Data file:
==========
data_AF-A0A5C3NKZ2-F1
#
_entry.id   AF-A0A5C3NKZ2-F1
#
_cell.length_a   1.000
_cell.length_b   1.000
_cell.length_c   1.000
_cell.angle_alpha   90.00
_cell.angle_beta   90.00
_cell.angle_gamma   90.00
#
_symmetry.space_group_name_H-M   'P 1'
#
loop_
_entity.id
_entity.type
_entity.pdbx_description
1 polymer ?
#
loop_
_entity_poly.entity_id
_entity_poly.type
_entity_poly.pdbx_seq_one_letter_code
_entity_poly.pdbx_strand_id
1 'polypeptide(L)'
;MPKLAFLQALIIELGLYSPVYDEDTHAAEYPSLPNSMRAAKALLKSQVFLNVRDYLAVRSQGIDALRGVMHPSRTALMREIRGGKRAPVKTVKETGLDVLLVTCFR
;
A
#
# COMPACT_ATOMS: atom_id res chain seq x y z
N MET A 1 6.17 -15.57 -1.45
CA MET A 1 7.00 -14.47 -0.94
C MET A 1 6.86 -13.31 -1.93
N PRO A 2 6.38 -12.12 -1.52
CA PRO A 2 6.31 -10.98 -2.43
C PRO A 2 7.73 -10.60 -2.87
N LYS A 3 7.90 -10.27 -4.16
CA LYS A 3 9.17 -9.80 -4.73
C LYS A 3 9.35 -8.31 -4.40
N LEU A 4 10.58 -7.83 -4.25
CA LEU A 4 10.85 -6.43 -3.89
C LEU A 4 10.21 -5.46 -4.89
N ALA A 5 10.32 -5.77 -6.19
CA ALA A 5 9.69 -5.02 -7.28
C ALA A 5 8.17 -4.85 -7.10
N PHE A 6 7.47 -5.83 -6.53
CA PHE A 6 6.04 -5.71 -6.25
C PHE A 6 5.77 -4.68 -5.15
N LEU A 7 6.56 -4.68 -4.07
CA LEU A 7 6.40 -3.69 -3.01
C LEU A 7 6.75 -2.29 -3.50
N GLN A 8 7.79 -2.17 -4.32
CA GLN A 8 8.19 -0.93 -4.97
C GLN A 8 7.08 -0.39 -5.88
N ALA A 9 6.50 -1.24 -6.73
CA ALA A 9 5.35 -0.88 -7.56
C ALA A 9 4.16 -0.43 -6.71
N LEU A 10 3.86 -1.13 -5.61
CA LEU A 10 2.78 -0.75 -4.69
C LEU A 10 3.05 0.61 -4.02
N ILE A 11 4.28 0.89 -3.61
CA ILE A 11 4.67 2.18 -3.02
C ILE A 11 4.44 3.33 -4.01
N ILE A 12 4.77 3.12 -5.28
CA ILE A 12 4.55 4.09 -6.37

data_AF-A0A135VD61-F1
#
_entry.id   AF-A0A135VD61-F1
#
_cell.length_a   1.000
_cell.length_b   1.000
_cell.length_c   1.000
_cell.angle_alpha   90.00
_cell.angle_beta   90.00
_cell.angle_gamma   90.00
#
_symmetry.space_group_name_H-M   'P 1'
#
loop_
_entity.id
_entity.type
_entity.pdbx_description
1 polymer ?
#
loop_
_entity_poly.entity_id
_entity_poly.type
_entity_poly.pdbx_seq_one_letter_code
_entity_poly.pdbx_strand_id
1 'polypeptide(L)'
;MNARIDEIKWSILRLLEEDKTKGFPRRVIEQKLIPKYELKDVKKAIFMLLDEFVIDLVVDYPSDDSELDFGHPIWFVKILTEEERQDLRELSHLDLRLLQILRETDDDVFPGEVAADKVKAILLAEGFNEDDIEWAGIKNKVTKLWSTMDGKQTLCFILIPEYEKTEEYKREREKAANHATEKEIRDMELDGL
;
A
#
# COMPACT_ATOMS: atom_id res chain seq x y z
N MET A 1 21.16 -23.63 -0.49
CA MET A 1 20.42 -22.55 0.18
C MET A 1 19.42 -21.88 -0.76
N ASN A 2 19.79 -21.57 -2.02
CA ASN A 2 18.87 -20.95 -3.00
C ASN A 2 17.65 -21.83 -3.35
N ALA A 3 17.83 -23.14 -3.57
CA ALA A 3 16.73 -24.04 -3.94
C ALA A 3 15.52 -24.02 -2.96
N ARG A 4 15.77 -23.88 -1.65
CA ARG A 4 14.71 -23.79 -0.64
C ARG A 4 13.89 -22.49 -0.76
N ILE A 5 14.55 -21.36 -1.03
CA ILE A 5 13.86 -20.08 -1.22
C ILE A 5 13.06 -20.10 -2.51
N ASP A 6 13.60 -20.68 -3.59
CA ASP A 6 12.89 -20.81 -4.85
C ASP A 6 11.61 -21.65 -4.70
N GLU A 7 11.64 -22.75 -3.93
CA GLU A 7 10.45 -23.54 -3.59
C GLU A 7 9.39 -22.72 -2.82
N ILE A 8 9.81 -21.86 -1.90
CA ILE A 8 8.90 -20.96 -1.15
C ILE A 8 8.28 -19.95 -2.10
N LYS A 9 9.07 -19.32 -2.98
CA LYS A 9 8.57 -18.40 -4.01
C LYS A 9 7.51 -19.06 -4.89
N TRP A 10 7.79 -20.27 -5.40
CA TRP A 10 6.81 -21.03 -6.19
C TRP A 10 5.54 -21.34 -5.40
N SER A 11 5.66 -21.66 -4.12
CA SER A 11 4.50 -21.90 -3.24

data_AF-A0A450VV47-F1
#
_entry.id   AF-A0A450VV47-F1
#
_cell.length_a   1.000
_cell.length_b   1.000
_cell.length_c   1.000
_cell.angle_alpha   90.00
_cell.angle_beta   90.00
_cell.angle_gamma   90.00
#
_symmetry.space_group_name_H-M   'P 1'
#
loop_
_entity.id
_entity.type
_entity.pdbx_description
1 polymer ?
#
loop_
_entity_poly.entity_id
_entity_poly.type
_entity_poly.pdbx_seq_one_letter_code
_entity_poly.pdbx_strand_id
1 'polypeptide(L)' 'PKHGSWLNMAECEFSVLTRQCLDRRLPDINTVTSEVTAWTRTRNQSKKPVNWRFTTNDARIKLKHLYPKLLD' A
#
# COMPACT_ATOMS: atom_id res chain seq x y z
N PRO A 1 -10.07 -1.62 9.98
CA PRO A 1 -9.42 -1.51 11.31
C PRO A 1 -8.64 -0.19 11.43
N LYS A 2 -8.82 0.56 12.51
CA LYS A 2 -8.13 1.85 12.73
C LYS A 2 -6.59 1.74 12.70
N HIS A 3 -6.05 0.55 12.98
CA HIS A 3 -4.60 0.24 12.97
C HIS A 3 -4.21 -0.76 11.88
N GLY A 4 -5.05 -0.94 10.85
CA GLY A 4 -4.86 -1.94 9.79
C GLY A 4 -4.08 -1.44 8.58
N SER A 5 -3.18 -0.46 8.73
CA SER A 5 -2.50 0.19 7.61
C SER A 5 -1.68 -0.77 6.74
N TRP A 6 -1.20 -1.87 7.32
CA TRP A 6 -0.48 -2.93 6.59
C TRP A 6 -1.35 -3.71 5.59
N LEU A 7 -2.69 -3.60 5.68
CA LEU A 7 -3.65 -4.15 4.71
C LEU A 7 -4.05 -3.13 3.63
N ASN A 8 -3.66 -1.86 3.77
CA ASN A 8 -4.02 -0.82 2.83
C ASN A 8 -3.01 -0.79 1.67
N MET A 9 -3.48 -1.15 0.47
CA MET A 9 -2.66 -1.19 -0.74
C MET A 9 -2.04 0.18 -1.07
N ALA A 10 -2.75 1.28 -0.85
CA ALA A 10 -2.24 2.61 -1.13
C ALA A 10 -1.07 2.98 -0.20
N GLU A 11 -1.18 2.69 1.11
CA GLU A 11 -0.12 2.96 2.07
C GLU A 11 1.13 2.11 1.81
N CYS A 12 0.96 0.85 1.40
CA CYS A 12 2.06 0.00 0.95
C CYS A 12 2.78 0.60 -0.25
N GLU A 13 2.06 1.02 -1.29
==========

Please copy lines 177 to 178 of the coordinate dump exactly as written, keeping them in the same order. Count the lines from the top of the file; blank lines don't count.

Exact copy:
CA ASN A 8 -4.02 -0.82 2.83
C ASN A 8 -3.01 -0.79 1.67